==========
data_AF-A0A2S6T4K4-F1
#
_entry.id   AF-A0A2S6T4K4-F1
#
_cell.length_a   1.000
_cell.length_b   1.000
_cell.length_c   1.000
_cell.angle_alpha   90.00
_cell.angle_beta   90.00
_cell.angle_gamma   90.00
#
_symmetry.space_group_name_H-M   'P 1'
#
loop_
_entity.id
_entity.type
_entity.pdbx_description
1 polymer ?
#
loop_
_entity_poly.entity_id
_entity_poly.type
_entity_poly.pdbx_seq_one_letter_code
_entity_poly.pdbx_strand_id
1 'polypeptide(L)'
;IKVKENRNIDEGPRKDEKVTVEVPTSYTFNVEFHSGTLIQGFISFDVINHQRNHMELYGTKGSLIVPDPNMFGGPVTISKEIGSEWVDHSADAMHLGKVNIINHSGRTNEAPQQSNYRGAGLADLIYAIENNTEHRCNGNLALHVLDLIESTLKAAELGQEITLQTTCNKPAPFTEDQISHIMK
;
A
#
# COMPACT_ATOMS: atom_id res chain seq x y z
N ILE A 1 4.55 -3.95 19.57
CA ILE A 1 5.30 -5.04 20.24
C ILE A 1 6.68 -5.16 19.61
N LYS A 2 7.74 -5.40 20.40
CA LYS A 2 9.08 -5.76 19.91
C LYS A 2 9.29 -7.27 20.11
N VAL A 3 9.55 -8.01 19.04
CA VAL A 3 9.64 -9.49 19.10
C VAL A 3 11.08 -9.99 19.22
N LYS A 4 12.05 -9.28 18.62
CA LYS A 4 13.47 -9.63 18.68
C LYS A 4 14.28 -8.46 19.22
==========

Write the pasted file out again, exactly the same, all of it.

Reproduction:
data_AF-A0A2S6T4K4-F1
#
_entry.id   AF-A0A2S6T4K4-F1
#
_cell.length_a   1.000
_cell.length_b   1.000
_cell.length_c   1.000
_cell.angle_alpha   90.00
_cell.angle_beta   90.00
_cell.angle_gamma   90.00
#
_symmetry.space_group_name_H-M   'P 1'
#
loop_
_entity.id
_entity.type
_entity.pdbx_description
1 polymer ?
#
loop_
_entity_poly.entity_id
_entity_poly.type
_entity_poly.pdbx_seq_one_letter_code
_entity_poly.pdbx_strand_id
1 'polypeptide(L)'
;IKVKENRNIDEGPRKDEKVTVEVPTSYTFNVEFHSGTLIQGFISFDVINHQRNHMELYGTKGSLIVPDPNMFGGPVTISKEIGSEWVDHSADAMHLGKVNIINHSGRTNEAPQQSNYRGAGLADLIYAIENNTEHRCNGNLALHVLDLIESTLKAAELGQEITLQTTCNKPAPFTEDQISHIMK
;
A
#
# COMPACT_ATOMS: atom_id res chain seq x y z
N ILE A 1 4.55 -3.95 19.57
CA ILE A 1 5.30 -5.04 20.24
C ILE A 1 6.68 -5.16 19.61
N LYS A 2 7.74 -5.40 20.40
CA LYS A 2 9.08 -5.76 19.91
C LYS A 2 9.29 -7.27 20.11
N VAL A 3 9.55 -8.01 19.04
CA VAL A 3 9.64 -9.49 19.10
C VAL A 3 11.08 -9.99 19.22
N LYS A 4 12.05 -9.28 18.62
CA LYS A 4 13.47 -9.63 18.68
C LYS A 4 14.28 -8.46 19.22